EUR: ECB’s curveball means the skew around the euro tilted to the downside
It is safe to say that the ECB threw a massive curveball yesterday. The decision to more or less announce the end of QE – albeit in a tapered fashion until end-2018 – was buffered by the caveat that the central bank will keep rates on hold “at least through the summer of 2019”. This could be described as a ‘give with one hand and take away with the other’ ECB exit from unconventional policy – although the hand taking away feels more like a knockout blow for the euro.
While we have seen a material shakeout in ECB rate hike bets (with the implied probability of a 10 basis point increase in June 2019 falling from 63% to 27%), we think policy expectations will ultimately be a function of forthcoming eurozone data. So at best, this will be a one-off adjustment to the ECB’s new forward guidance.
Yet, there are subtle implications for the euro going forward; the strict rate hike pledge reduces the sensitivity of short-term eurozone rates – and by extension the euro – to incoming economic data. Put alternatively, we may need to see some amazing hard data out of Europe to convince the ECB to hike earlier than they've specified. As such, the skew around market expectations over ECB rate hikes will be tilted to the downside. The same can be said for our euro outlook.
While the ECB’s dovish guidance itself isn’t a reason to chase EUR/USD lower, we envisage an even shallower EUR/USD move up towards 1.23 by year-end. But for now, expect to trade within a narrow 1.15-1.18 range – as we remain stuck in a ‘Trade War trap’ (which increases the risk of a EUR/USD correction).
It's worth considering the implications of the ECB's rate hike pledge on the other major central banks within Europe. The Riksbank and Swiss National Bank tend to show greater policy synchronicity with the ECB, while Norges Bank and the Bank of England less so. We could see the Norwegian krone and the pound tactically outperform Swedish krona and Swiss franc this summer.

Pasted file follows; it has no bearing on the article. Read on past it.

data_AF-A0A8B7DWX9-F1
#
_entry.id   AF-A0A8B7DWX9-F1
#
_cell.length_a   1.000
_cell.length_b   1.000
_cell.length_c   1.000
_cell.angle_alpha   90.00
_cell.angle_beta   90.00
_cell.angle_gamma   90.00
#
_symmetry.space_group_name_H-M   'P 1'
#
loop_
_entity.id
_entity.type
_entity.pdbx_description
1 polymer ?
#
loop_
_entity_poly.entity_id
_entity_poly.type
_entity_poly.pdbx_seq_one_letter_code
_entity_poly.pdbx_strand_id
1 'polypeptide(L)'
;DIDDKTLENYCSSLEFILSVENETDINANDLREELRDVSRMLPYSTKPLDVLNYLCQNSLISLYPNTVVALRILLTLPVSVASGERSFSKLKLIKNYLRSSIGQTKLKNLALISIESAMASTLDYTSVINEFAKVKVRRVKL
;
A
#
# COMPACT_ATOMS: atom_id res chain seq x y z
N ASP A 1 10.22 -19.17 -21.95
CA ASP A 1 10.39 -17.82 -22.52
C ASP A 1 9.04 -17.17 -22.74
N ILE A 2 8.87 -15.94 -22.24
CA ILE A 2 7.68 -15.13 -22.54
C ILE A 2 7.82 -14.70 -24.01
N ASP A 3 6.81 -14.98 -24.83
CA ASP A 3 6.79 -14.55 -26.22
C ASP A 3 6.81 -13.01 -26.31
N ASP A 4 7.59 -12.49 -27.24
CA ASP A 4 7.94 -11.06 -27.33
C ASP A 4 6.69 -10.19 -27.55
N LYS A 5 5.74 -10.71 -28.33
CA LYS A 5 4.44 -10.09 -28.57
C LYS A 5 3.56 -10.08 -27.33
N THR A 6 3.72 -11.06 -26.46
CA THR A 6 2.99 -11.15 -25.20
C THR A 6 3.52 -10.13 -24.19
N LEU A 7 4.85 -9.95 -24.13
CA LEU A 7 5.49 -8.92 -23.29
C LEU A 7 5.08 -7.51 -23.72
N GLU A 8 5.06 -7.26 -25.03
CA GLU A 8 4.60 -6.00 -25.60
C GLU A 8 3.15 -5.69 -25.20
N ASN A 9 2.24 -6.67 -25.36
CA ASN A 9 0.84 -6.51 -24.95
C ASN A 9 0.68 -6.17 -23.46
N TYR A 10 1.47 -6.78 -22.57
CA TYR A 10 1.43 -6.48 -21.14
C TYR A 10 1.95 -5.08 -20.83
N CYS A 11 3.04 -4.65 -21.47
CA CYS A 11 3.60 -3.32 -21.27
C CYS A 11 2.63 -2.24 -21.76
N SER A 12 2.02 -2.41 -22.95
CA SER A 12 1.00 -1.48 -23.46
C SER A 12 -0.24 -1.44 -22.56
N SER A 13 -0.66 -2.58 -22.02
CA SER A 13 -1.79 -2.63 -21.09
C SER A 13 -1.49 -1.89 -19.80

USD: ‘Trade War trap’ means global markets will lack direction this summer
After a lot of huffing and puffing, it looks as though the White House will follow through on Chinese tariffs today – with reports stating that the administration will unveil a new list of Chinese exports that will be subject to a 25% tariff. One would expect this to be met with retaliation by Chinese authorities. But to truly gauge the long-run market impact, one should look to how President Trump chooses to absorb any retaliation from China (ie, either counter-retaliate or take it on the chin). The likelihood of more protectionist threats means that global asset prices will remain stuck in a ‘Trade War trap’ and lack any clear direction.
JPY: US and China ‘tariff’ cries usually mean that it’s time to buy the yen
The status quo from the Bank of Japan has put the yen slightly on the back foot. But with US and China tariffs on the horizon, expect USD/JPY topside to run out of steam.
CAD: Going from bad to worse as external dynamics shift into reverse
External dynamics are starting to shift into reverse for the Canadian dollar – with both US-Canada trade tensions and lower oil prices weighing on the loonie. The former is set to be a perennial threat to CAD this summer – with Foreign Affairs Minister Chrystia Freeland noting that Nafta talks will continue despite both countries pressing ahead with bilateral tariffs on selected goods. On the oil side, the OPEC semi-annual meeting (22 June) could see a gradual easing of production cuts and as such, the likelihood is that we’ve seen a short-term peak in oil prices. Risks of a dovish Bank of Canada policy re-pricing means USD/CAD could run even higher up to 1.32.